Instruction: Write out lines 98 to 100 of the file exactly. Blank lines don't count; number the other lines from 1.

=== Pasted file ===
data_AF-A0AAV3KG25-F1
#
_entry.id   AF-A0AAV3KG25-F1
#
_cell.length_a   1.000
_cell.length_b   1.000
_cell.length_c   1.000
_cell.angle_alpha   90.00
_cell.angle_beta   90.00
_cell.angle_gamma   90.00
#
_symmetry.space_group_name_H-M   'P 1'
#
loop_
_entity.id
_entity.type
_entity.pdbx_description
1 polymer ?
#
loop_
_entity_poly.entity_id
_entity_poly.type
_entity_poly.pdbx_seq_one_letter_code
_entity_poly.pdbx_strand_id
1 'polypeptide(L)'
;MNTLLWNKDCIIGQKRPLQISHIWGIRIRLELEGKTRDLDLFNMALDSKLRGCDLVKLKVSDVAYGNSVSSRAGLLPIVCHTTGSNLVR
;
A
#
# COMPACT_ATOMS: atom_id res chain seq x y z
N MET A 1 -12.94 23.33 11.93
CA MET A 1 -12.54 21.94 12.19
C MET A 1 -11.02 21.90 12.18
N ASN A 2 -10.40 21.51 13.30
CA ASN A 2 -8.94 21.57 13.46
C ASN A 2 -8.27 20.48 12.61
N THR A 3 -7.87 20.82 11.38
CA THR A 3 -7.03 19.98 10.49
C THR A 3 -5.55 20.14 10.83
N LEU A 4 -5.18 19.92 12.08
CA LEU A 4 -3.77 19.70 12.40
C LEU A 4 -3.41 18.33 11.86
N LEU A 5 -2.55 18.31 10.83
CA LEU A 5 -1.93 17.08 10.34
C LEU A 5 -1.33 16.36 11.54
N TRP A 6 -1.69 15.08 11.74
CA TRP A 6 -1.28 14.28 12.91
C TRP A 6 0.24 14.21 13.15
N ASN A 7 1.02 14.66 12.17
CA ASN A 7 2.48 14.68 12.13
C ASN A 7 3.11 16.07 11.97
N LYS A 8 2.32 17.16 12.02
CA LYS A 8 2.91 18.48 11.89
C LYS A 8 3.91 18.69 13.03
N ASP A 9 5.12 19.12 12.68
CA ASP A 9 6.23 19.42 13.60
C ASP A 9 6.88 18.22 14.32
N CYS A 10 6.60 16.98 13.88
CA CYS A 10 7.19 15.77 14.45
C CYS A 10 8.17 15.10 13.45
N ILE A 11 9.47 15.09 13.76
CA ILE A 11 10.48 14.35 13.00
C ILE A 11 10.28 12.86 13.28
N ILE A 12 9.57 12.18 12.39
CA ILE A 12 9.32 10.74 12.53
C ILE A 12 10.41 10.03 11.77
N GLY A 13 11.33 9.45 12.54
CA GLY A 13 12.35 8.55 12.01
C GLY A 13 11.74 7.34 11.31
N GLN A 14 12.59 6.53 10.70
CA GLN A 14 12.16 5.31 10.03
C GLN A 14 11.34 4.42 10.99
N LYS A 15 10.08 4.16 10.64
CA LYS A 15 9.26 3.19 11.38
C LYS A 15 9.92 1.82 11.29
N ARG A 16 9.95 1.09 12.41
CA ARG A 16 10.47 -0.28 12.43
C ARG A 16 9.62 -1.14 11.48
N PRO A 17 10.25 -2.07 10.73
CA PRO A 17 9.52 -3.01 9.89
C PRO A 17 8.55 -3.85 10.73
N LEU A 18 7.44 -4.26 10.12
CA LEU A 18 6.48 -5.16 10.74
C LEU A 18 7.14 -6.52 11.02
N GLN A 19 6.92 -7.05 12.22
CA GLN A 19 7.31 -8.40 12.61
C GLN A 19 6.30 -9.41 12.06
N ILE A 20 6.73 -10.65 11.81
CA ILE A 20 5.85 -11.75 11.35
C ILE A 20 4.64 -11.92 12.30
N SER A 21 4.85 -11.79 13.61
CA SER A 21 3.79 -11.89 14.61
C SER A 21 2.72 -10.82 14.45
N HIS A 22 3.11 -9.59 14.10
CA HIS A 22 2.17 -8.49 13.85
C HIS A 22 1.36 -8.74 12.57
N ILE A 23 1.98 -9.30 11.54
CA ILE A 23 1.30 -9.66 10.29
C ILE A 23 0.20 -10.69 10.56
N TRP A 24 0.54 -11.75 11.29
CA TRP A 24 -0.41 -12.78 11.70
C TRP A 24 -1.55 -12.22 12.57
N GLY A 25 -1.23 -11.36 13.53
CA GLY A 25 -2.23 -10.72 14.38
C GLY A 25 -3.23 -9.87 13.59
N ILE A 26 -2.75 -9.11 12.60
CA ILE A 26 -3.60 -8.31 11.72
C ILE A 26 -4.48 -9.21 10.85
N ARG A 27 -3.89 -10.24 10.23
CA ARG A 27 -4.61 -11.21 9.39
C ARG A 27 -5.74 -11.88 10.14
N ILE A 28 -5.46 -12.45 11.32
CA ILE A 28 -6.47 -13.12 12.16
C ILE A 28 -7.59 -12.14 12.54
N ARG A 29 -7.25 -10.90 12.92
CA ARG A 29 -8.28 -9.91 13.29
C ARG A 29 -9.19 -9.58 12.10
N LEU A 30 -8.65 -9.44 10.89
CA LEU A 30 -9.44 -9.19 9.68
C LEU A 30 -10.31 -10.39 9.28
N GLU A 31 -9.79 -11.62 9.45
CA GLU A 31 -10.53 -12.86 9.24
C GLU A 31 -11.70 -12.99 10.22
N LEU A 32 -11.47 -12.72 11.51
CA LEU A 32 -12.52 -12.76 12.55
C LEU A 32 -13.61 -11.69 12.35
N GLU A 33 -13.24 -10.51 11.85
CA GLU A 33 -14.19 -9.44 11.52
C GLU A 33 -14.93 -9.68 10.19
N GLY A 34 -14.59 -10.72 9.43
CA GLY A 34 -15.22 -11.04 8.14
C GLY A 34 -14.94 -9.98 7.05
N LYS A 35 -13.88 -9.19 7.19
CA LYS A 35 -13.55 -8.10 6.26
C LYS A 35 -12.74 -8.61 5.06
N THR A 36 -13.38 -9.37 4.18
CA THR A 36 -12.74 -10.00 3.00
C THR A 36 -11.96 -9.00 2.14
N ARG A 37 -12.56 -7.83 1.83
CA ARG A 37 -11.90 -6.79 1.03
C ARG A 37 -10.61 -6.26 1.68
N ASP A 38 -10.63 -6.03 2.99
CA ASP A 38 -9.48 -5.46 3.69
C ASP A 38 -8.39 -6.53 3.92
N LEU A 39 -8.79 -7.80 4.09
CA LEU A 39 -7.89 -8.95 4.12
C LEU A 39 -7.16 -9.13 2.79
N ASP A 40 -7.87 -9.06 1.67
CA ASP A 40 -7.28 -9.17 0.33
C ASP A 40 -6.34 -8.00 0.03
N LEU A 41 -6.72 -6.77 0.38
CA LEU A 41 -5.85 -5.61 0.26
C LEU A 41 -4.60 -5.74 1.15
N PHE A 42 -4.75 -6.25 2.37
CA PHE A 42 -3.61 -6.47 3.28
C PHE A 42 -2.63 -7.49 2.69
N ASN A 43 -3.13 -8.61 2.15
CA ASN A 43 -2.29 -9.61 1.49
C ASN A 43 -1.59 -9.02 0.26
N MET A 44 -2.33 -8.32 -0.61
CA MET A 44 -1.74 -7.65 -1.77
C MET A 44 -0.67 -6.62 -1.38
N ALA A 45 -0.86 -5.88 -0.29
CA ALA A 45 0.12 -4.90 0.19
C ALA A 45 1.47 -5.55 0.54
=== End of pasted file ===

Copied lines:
CA ILE A 23 1.30 -9.66 10.29
C ILE A 23 0.20 -10.69 10.56
N TRP A 24 0.54 -11.75 11.29